“The Synergies are Working”

I have two colleagues with whom I discuss various management issues. Both work for the same organization and within the past two years have encountered a buy-out and a merger. Of course job security is an issue, but I am more impressed with the communication plan instituted. This past week on two different occasions both told me independently “the synergies are starting to work.”

That’s right, they pulled out one of the 1990’s million dollar buzz-words. You remember those right, paradigm, synergy, boundarylessness (thanks Jack). The words that were high value until they were put in the hands of bad management. This reminded me of cobuyitaphobia, the term referenced in the Dilbert episode, The Merger.

Asok: Why don’t we merge with a company that is less dysfunctional than we are? They could spend the money for us.

Pointy Haired Boss: A merger? Hmm. That might get us some synergy!

Asok: I didn’t realize Alice suffers from cobuyitaphobia.

Loud Howard: I know what that is. No, I don’t.

Asok: It is the fear of synergy.

– Management Recylcing –

Just like bell-bottoms and micro-minis, bad management styles have a tendency to recycle and since change is happening at a faster rate than ever, we can expect these instances to occur more often. Adrian Savage points this out in his post, Beware of Management Fasionistas.

Following the latest management fashion has several advantages for Hamburger Managers. It looks “hip” and up-to-date. It makes you seem to be innovative, without needing to have a single creative idea in your head.

In management, look at the rush to benchmarking, comparisons with “industry best practice.” and the way that every public statement contains the same, tired jargon. Values are “in.” Let’s have a mission statement and write it like we’re a charity. Let’s follow political fashion and babble about family values and getting “back to basics.” Work/life balance is fashionable. We’ll establish a fine-sounding policy and guidelines (just so long as we don’t have to act on any of them). Let’s do what everyone else is doing. Who’s setting the fashion? Quick, get on their bandwagon.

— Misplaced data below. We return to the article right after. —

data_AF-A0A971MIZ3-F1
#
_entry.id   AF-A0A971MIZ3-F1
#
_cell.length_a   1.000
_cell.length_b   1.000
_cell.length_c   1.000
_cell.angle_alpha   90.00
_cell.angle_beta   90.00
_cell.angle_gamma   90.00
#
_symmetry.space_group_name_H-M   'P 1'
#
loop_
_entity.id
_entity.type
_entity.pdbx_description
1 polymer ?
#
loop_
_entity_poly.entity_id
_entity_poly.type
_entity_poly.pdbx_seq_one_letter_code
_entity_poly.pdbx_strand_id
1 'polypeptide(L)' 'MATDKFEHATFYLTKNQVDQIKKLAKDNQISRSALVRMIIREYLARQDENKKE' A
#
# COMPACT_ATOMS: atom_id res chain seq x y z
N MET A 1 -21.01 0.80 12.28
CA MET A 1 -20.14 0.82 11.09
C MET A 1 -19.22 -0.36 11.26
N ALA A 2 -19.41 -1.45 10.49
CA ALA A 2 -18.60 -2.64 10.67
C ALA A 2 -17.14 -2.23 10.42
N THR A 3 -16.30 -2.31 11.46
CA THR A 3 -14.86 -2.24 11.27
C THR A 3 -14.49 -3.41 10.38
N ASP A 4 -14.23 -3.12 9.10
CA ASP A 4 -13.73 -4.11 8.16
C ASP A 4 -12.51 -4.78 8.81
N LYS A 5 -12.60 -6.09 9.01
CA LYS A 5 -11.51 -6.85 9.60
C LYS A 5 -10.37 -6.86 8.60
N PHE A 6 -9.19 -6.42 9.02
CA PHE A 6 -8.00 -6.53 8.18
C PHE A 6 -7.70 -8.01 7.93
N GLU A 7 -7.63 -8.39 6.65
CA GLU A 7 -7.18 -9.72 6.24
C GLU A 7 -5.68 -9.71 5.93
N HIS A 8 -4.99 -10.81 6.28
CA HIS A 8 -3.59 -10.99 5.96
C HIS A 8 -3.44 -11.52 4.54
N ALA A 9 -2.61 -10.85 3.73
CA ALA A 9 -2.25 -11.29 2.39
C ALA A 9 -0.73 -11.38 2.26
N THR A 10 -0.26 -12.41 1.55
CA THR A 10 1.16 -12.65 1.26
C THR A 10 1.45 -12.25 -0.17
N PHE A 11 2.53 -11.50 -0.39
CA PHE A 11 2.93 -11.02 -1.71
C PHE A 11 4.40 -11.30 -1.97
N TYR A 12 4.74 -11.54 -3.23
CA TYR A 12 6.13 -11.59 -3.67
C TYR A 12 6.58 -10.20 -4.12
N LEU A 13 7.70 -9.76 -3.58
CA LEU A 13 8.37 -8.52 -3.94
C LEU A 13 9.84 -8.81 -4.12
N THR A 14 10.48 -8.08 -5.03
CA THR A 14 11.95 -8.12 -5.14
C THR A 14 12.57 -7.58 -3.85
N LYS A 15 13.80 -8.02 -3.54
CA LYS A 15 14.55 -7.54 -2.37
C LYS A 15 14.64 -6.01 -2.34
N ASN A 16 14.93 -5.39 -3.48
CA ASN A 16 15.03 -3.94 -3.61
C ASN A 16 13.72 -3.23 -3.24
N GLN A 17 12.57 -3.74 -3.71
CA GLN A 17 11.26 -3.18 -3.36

I experienced this first hand with a prior manager. Unfortunately what seemed to start out as a fresh new business model ended up being written from a 1990’s consulting playbook of spin-selling. This also meant that a majority of information which was being contributed on foreign markets was also from circa 1996. Even life-long learning and development struggles to keep up with the rehashing of old fads. We all know the old adage that those who do not learn history are condemned to repeat it. Sadly by the time most employees have cut through the clutter and glitz, figuring out the repackaged goods, it’s time to move onto ‘the next big thing.’

Best practices definately need to be followed and emulated while at the same time groupthink, not-invented here (NIH) and bad management need to be kept in check. Cost-cutting can only get an organization so far and following the leader is not an appropriate strategy. Figure out what you are offering, the process to get it to the customer, put the process in the hands of the right people then stand back and watch the real synergy. Of course, that’s the real trick isn’t it?

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